GIT – As those who own dedicated servers know that they have the possibility to enter in their crashed servers using rescue console they have to know that lots of things can be done on including the recover of databases and much more. I will explain how a database can be recovered using resque console.

When rescue console is started you are asked to choose an operating system to work with. Usually there are 2 or more OS to chose but one of the is the OS that the crashed server used to run. Check that and start console.

Once the rescue console is started just log in with user and given on control panel , pay attention since this is not your root but is just a random set by console.

After the console has been started there is 1 thing people should know , rescue console is working on RAM and many hosters are limiting the console to work with 1GB or ram and after start is already consuming 8-900M so you can’t do much with the rest of them.

Let’s see how a mysql database can be started in rescue console.

First of all we have to mount old system to work with.

[email protected]~# mkdir /tmp/oldsystem
[email protected]~# mount /dev/sda1 /tmp/oldsystem/
[email protected]~#

So we have mounted old system
A new mysql server must be installed on RAM

[email protected]~# apt-get  mysql-server


[email protected]~#  -y install mysql-server

You will be asked to set root password but you can set any since there is no need of it.
After the mysql server is installed a file must be edited


And change

datadir = /var/lib/mysql


datadir = /tmp/oldsystem/var/lib/mysql

Now just restart mySQL server , login with your OLD user and password.

[email protected]~# /etc/init.d/mysql restart
Stopping MySQL database server: mysqld.
Starting MySQL database server: mysqld.
Checking for corrupt, not cleanly closed and upgrade needing tables..
[email protected]~#mysql -u user -p
Enter password:
Welcome to the MySQL monitor.  Commands end with ; or \g.
Your MySQL connection id is 32310
Server version: 5.1.63-0+squeeze1 (Debian)

Copyright (c) 2000, 2011, Oracle and/or its affiliates. All rights reserved.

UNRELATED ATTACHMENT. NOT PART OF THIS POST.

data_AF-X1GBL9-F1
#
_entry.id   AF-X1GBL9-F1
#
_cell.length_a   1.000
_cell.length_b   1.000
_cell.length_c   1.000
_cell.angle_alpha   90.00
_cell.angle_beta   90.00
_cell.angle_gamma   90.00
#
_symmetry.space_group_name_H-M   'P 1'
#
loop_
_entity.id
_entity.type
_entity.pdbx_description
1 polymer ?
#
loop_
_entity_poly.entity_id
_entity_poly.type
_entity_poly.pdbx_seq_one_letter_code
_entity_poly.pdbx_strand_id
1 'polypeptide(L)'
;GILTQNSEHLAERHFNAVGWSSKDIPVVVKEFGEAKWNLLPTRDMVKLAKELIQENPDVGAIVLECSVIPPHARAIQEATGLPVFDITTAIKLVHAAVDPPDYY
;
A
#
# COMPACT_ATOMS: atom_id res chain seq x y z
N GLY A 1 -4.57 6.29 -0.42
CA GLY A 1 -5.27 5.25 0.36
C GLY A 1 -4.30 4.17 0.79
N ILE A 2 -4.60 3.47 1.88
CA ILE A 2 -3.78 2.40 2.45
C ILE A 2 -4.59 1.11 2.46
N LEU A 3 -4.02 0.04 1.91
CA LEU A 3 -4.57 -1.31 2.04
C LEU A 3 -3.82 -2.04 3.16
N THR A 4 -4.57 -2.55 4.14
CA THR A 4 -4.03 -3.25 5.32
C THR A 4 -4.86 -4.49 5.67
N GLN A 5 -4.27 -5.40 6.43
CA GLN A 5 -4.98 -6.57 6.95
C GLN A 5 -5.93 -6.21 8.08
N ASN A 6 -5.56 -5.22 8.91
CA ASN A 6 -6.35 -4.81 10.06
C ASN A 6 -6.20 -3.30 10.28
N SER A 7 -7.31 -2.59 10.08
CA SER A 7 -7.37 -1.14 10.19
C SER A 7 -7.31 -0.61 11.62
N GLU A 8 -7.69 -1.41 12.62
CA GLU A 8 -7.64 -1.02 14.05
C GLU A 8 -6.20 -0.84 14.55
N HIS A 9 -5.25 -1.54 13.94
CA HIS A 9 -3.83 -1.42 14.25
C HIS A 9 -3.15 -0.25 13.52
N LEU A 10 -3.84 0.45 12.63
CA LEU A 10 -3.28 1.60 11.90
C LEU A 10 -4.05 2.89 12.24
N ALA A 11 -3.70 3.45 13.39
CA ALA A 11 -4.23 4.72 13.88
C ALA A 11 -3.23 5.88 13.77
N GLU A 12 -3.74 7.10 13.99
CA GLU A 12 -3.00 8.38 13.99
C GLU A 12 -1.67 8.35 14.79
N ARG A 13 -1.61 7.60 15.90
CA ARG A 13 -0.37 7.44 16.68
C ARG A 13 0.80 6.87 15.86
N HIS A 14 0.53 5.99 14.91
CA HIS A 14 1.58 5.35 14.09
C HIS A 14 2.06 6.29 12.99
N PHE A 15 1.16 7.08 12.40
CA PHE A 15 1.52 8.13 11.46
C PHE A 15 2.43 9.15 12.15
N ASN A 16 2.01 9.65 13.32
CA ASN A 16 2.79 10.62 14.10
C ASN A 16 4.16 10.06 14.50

Oracle is a registered trademark of Oracle Corporation and/or its
affiliates. Other names may be trademarks of their respective

Type 'help;' or '\h' for help. Type '\c' to clear the current input statement.

mysql> show databases;
mysql> show databases;
| Database           |
| information_schema |
| test_database      |
2 rows in set (0.00 sec)

mysql> use test_database;
Reading table information for completion of table and column names
You can turn off this feature to get a quicker startup with -A

Database changed
mysql>show tables;
| Tables_in_test_database     |
| table_1                     |
| table_2                     |
| table_3                     |
3 rows in set (0.00 sec)

[email protected]~#

Now let’s export database
We have database *test_database*

[email protected]~# mysqldump -uUSER -pPASSWORD -h localhost test_database > test_database_export.sql
[email protected]~#

Now let’s put it back on remote server (if exists) directly from rescue console
Ensure that on remote server a new database is created else :
login to mySQL with you info

mysql> create database test_database;

Ensure that on new server port 3306 is opened for public else :

[email protected]~#  -I INPUT -p tcp --dport 3306 -j ACCEPT

You can close this port later
Ensure that database user on remote server can login from external hosts
When all these have been done import database

[email protected]~# mysql -uUSER -p -h REMOTE_SERVER test_database < test_database_export.sql
Enter password:
[email protected]~#

That’s all

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